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The Magnifying Glass

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By , Chappaqua, NY
Author's note: Roosevelt is my high school. All the characters in this play are my friends and peers. Granted,...  Show full author's note »
Author's note: Roosevelt is my high school. All the characters in this play are my friends and peers. Granted, all names are changed, but the sentiment and the content is real. High schools - or at least mine - have a problem. I live my life praying for Harvard, bowing down to Dartmouth, and yearning for Yale, but I know that in the end I will just be disappointed -- a 3.0 in eighth grade math will do that to you.
The Magnifying Glass is, if nothing else, a cry for help. I hope the world is ready to listen.  « Hide author's note
Chapters:   « Previous 1 2 3 4 5 6 ... 9 Next »

Scene One: The Gilded Age

SCENE 1: THE GILDED AGE
(Stage is entirely blank and dark, except for one spotlight in the center and four folding chairs downstage left. There is a light switch on the wall downstage left. ORA STANLEY starts out standing in the spotlight. MIRANDA STEVENS, ELLIE FEINMAN, and NARRATOR are sitting in the chairs. PAMELA RUTH and LISA STANLEY are offstage stage right).

NARRATOR: Scene One – The Gilded Age.

ORA STANLEY: Roosevelt High is one of the best high schools in the country.

NARRATOR: Ora Stanley is a struggling student.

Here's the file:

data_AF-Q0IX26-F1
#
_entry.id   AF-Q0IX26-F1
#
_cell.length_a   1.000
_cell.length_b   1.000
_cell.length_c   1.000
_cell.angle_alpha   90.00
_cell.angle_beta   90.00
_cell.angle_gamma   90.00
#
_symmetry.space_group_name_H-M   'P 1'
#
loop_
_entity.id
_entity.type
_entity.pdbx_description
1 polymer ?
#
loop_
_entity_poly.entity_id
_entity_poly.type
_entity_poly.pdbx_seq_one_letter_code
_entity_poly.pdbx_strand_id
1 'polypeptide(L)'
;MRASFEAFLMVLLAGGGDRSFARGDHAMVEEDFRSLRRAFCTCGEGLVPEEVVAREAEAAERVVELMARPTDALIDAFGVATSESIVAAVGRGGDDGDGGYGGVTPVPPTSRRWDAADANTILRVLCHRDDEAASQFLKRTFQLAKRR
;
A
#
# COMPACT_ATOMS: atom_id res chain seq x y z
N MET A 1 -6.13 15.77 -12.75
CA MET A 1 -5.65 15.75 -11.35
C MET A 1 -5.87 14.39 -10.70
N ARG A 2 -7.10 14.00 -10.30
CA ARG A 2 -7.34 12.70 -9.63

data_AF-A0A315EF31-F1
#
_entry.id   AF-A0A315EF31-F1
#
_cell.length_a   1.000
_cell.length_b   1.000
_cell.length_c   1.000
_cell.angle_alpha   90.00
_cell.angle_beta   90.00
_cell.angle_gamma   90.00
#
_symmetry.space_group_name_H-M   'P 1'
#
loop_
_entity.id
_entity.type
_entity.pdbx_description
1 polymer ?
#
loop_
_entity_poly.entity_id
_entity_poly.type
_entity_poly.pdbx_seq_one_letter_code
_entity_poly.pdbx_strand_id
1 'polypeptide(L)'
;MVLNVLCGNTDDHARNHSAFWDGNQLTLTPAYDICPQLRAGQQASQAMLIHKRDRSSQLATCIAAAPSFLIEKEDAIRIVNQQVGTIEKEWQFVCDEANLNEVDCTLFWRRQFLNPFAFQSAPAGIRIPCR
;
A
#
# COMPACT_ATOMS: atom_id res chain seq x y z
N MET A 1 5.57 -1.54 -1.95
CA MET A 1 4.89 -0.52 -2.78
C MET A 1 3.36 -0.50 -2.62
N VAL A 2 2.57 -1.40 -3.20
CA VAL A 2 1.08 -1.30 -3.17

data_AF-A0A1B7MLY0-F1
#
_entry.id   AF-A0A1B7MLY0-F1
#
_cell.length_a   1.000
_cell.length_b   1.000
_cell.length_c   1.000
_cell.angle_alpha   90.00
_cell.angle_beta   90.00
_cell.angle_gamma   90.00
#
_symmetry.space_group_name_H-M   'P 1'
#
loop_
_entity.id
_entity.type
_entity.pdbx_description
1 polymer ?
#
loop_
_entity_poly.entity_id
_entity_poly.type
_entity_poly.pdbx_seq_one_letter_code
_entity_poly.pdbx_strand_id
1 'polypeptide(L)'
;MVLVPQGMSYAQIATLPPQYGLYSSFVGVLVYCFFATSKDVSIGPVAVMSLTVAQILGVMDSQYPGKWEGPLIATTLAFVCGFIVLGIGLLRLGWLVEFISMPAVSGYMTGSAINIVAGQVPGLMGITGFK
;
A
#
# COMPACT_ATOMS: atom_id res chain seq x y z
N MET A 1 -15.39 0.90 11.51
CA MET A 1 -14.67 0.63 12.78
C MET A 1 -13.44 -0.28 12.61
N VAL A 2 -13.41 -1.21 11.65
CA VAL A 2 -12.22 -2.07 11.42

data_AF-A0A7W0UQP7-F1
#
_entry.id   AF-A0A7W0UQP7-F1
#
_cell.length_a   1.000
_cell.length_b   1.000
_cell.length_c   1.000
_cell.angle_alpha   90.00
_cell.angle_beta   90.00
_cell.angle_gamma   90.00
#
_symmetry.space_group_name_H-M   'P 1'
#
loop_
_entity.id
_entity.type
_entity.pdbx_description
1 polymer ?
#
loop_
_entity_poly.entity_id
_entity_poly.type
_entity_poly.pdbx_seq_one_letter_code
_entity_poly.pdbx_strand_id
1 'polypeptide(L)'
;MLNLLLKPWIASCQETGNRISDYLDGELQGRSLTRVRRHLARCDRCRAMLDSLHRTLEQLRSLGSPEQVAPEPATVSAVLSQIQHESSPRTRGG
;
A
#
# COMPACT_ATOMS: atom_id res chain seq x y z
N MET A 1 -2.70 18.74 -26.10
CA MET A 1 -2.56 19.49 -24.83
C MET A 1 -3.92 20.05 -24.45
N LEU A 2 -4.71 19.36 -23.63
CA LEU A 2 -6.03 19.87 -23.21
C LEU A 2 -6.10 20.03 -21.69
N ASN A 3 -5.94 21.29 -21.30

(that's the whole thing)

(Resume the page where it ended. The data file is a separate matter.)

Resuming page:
ORA STANLEY: We’re ranked, like, 50, or something (she ponders this for a moment, then snaps out of it). There are so many opportunities to try so many different classes. Everyone does well. Teachers are caring and want to help the students. We have freedom, and get the experience one should have right before college.

NARRATOR: Ora has endured increasing pressure from her parents and peers as her grades drop and she is placed in less and less advanced courses.

ORA STANLEY: This school, surprising to some, is like the Gilded Age. Looks golden and perfect from the outside, with many smart, happy-go-lucky kids getting 4.0s. Inside, the school oozes with exhaustion, judgment, and competition. It's like we've all become little robots, or machines, trying to be the best (she sits in the empty chair).

MIRANDA STEVENS (walks into spotlight): Roosevelt’s slogan is, like, “a lifelong love to learn,” something like that.

NARRATOR: Miranda Stevens is a student and competitive dancer.

MIRANDA STEVENS: But that’s literally bull, that’s like saying that… well, it’s just not true. I can’t have one freaking conversation without the word “college” coming up. Today I told my friend Pam that all day I wasn’t going to think about college or SATs or my GPA or being valedictorian or any of that stuff that gets me freaked out. (She yells, facing towards stage right) Tell them what you said to me, Pam!

NARRATOR: Pamela Ruth is Miranda’s best friend.

PAMELA RUTH (walks briskly from stage right, into spotlight): I told her that she was crazy. How could you not think about college now? Literally everyone knows that junior year is all about college. Why else would anyone take AP Chem? (She exits stage left).

MIRANDA STEVENS (waits in silence, with head down, until PAMELA RUTH exits stage): I told you. The damn slogan should be… should be “a lifelong joy of getting into AP classes,” that’s what it should be. Or “a lifelong joy of cheating in AP classes,” for that matter (she shakes her head and sits in the empty chair).
Chapters:   « Previous 1 2 3 4 5 6 ... 9 Next »


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